Securely Shredding Documents Remains One of the Best Tools Against ID Theft
As seen on The Rhode Show
With so much focus on protecting your identity online, are you taking the necessary steps to protect your private information on paper? Identity thieves continue to target people by going after their tangible material in order to steal personal information (e.g. name, birth date, address, Social Security number, email address, passwords, and account numbers). They use this information to piece together stolen identities or create new ones in order to commit crimes such as withdrawing money, getting a credit card or loan, opening a utility account, stealing tax refunds, and receiving medical care.
Here are 10 items you should always securely shred and dispose of:
- Old bank documents. Any bank documents or cancelled checks more than 7 years old should be securely destroyed, as should old deposit and ATM receipts. Ask your bank how long they retain financial records. If it is less than 7 years (the time required for tax-related information), keep hard copies in case you ever need them, otherwise, every document you hold onto is at risk.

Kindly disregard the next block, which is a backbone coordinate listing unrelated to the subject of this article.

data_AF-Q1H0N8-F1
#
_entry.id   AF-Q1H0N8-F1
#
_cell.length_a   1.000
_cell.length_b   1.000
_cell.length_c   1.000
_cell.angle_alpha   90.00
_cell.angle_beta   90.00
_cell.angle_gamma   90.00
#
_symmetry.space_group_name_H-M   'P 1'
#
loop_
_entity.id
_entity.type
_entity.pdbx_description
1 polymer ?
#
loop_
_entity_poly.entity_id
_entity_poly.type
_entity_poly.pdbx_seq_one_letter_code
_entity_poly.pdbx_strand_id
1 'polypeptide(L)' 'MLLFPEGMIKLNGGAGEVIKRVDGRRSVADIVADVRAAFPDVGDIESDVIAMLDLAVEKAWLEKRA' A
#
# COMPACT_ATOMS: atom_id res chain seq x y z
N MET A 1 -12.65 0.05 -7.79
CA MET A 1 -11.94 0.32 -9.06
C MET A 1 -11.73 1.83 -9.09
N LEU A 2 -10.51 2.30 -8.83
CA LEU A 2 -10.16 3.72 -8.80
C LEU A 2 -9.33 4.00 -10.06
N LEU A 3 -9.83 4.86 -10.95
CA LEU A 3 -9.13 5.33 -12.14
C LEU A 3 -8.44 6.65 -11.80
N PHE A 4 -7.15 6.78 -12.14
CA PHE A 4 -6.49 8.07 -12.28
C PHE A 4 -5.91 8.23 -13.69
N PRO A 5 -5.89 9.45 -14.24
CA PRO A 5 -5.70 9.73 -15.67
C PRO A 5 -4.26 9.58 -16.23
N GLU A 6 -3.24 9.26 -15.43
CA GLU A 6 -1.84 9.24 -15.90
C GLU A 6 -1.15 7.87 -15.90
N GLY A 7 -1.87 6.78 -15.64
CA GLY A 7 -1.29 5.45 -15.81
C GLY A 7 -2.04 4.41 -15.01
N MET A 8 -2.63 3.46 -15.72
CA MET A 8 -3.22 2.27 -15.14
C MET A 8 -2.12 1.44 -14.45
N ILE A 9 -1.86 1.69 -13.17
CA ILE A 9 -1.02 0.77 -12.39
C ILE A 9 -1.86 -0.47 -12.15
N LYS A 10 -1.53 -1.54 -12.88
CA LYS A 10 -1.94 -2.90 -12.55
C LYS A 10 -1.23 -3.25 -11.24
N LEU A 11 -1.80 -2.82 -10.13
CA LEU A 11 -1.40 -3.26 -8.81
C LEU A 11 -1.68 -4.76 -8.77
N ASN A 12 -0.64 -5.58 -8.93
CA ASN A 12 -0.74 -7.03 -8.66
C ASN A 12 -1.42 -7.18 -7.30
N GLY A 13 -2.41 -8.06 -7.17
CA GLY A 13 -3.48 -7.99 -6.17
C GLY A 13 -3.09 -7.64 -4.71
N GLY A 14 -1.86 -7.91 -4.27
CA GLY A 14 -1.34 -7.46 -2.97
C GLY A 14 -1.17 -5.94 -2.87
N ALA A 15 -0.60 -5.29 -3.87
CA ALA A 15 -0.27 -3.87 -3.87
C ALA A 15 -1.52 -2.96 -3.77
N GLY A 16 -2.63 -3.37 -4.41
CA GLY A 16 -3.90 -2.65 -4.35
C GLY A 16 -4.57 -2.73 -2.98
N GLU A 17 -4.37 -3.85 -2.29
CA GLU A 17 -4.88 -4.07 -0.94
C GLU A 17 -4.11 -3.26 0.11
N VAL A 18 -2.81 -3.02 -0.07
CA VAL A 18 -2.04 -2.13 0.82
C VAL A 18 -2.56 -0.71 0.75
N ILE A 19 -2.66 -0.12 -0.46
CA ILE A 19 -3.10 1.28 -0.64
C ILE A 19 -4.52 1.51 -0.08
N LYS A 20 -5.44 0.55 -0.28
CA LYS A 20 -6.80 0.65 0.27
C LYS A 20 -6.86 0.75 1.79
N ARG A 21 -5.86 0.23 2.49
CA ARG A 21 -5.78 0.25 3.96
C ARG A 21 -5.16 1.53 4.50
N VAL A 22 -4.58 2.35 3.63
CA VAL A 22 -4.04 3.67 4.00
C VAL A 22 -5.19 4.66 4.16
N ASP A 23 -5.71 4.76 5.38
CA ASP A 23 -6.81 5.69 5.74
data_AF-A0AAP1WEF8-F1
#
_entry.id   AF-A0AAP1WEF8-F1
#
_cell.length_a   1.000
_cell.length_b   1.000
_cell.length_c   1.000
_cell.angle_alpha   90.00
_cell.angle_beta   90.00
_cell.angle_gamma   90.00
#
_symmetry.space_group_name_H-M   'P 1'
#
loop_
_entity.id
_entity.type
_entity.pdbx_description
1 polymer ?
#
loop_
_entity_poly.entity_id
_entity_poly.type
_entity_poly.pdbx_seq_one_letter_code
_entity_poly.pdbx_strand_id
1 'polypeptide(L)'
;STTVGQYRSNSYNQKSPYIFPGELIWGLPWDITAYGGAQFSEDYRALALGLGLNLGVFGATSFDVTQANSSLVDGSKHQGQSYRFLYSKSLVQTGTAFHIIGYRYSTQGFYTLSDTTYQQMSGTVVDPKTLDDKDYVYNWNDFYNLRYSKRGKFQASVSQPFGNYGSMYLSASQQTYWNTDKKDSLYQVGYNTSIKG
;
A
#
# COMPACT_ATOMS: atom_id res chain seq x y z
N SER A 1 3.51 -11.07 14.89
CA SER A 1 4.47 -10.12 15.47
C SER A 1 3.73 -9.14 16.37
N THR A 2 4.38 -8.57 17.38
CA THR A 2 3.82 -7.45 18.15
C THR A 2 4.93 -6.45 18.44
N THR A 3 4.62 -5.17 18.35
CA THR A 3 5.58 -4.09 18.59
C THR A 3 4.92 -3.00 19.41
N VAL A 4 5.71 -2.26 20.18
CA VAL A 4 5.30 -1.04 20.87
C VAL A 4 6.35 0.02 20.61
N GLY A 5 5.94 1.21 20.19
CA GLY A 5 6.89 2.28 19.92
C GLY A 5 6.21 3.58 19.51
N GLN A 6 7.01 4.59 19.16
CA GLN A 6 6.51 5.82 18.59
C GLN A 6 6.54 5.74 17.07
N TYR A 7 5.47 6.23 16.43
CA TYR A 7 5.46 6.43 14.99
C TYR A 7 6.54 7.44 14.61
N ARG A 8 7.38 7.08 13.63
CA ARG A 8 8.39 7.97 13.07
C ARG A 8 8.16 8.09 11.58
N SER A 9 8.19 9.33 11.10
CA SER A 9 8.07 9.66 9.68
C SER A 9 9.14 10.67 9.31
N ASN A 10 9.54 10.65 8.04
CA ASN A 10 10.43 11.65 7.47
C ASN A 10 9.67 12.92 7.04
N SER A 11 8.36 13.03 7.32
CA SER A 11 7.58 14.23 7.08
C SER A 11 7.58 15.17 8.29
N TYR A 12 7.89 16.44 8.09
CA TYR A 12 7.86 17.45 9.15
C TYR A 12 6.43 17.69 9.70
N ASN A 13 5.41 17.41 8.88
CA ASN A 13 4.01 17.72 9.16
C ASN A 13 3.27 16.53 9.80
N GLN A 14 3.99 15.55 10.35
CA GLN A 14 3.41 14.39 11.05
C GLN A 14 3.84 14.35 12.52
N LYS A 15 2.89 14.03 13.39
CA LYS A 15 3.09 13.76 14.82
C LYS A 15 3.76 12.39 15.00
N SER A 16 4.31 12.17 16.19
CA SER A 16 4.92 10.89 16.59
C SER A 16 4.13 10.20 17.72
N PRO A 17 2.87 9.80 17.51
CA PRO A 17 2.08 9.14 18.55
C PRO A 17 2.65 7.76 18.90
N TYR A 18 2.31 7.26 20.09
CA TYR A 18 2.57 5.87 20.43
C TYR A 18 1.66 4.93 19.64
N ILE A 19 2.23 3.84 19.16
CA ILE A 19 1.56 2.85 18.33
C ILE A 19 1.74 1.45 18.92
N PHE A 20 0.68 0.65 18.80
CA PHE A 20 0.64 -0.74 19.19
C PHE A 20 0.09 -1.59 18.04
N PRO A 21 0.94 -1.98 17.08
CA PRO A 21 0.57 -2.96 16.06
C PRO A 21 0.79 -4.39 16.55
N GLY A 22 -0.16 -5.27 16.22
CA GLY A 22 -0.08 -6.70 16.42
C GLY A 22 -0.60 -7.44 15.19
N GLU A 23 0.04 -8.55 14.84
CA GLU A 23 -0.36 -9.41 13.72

- Old tax records. Cross reference your document dates with your state laws to see if the statute of limitations is past – destroy records past that date.
- Unnecessary receipts and bills. Paid credit card or utility bills should be securely destroyed, as well as sales receipts and medical receipts unless related to warranties, taxes or insurance.
- Expired policies. Home and car insurance policies contain a lot of confidential information. Once the insured period is over or the policy is no longer in effect, these documents should be securely destroyed.
- Junk mail. Personal data is often included in marketing materials (e.g. pre-approved credit card applications). Never put junk mail into the garbage or recycling bin.
- Shipping labels. Purchases delivered to a home or office contain labels that often include confidential information such as address, tracking codes and account numbers. Remove these for shredding before boxes or packages are broken down and recycled.
- Photos. Photos of friends and family that you don’t want any more should be securely shredded instead of tossed into the garbage. They could be used on to create a fake ID.
- Post-it notes. Many people record passwords and account numbers on Post-it notes – these should be securely destroyed.
- Duplicates. Most people don’t need to keep more than one copy of anything, and electronic records can take the place of paper in most cases.
- Old travel documents. Boarding passes contain contact information and even frequent flyer account numbers, and should be destroyed after every trip.
Washington Trust holds free community shred days at many of our branches across Rhode Island and in eastern CT. Check our website for a list of locations and info on future events.